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Wireless, soft e-skin for interactive touch communication in the virtual world

A team of researchers from the City University of Hong Kong (CityU) has made an exciting breakthrough in the field of interactive touch communication. They recently developed a wireless, soft e-skin that not only has the ability to sense touch but also to transmit the sensation of touch. It also can form a touch network that allows the user to interact simultaneously with several other people. Such development opens up great opportunities for improving interactive touch communication.

According to Dr Yu Xinge, Associate Professor in the Department of Biomedical Engineering (BME) at CityU, with the rapid development of virtual and augmented reality (VR and AR), visual and auditory experiences are no longer enough to create an immersive experience. Sensory communication can become a revolution in interaction in the entire metaverse.

While the modern market can offer many examples of interfaces that simulate tactile sensations in the virtual world, they generally only provide touch sensing or tactile feedback. However, the e-skin developed by CityU researchers can perform the functions of self-sensing and tactile reproduction on the same interface. This unique characteristic allows for bidirectional touch transmission to be achieved at the same time.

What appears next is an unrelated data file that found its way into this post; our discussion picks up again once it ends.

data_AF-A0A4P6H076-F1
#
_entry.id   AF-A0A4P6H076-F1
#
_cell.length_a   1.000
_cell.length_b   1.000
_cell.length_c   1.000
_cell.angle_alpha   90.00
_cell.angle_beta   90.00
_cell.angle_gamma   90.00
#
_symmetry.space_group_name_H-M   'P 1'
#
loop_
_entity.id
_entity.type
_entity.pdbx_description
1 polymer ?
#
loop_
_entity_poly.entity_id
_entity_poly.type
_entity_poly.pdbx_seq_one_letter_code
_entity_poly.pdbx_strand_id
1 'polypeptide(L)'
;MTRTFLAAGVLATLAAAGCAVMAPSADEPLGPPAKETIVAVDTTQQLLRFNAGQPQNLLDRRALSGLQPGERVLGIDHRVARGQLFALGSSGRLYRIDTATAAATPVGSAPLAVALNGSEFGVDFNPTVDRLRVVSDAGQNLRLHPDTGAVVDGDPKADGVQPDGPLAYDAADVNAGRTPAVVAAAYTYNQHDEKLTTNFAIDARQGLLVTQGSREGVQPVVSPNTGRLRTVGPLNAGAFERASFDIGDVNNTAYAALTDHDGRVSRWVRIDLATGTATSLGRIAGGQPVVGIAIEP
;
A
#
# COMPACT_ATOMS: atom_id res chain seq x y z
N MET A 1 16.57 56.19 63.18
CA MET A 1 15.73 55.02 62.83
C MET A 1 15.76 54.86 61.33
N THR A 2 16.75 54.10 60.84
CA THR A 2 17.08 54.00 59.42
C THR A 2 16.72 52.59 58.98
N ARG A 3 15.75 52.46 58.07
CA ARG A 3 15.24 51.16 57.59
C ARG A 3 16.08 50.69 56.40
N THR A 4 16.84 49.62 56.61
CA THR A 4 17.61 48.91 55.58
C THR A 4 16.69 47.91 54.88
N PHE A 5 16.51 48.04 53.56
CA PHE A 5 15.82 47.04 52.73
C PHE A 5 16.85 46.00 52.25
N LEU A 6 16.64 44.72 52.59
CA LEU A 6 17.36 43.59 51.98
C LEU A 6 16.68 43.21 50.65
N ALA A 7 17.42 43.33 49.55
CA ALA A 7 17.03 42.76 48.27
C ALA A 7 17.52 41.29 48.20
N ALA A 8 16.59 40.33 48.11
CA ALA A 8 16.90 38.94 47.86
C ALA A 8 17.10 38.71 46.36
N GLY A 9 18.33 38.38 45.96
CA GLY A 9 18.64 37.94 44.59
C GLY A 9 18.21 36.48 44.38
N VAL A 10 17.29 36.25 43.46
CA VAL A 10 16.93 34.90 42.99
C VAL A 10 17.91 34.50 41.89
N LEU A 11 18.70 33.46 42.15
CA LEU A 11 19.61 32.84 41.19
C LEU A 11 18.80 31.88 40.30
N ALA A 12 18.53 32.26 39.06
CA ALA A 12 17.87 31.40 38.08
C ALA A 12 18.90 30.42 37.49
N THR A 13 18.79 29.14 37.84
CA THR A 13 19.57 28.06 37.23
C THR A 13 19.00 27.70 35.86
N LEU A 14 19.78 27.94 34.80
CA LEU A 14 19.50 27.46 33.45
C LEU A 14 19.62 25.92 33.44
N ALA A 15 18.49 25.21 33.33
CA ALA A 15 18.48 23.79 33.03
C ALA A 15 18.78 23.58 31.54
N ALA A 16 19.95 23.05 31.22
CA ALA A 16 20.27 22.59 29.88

The e-skin contains 16 flexible actuators arranged in a 4 x 4 array, a microcontroller unit (MCU), a Bluetooth module, and other electronics on a flexible circuit board. The actuator generates a current when pressed, providing electrical signals for tactile sensation to a corresponding actuator located on another e-skin sample. The harder the user presses, the brighter and longer the sensation is created on the other electronic skin.

The electrical signal generated by the actuators is converted into a digital signal using an analog-to-digital converter. When a signal is received, a current is induced to reproduce tactile feedback on the receiver's e-skin through mechanical vibration.

Although each actuator can only perform one task at a time, the rest of the 15 actuators located on the electronic skin patch can complement each other and perform the function of perception or tactile reproduction, enabling bidirectional touch transmission to be achieved at the same time.

Dr. Yu notes that their e-skin can communicate with Bluetooth devices and transmit data through the internet with smartphones and computers to perform ultra-long-distance touch transmission. It can also form a touch Internet of Things (IoT) system, enabling one-to-one and one-to-multiple touch delivery. Friends and family in different places could use it to "feel" each other, overcoming the limitations of space and greatly reducing the sense of distance in human communication.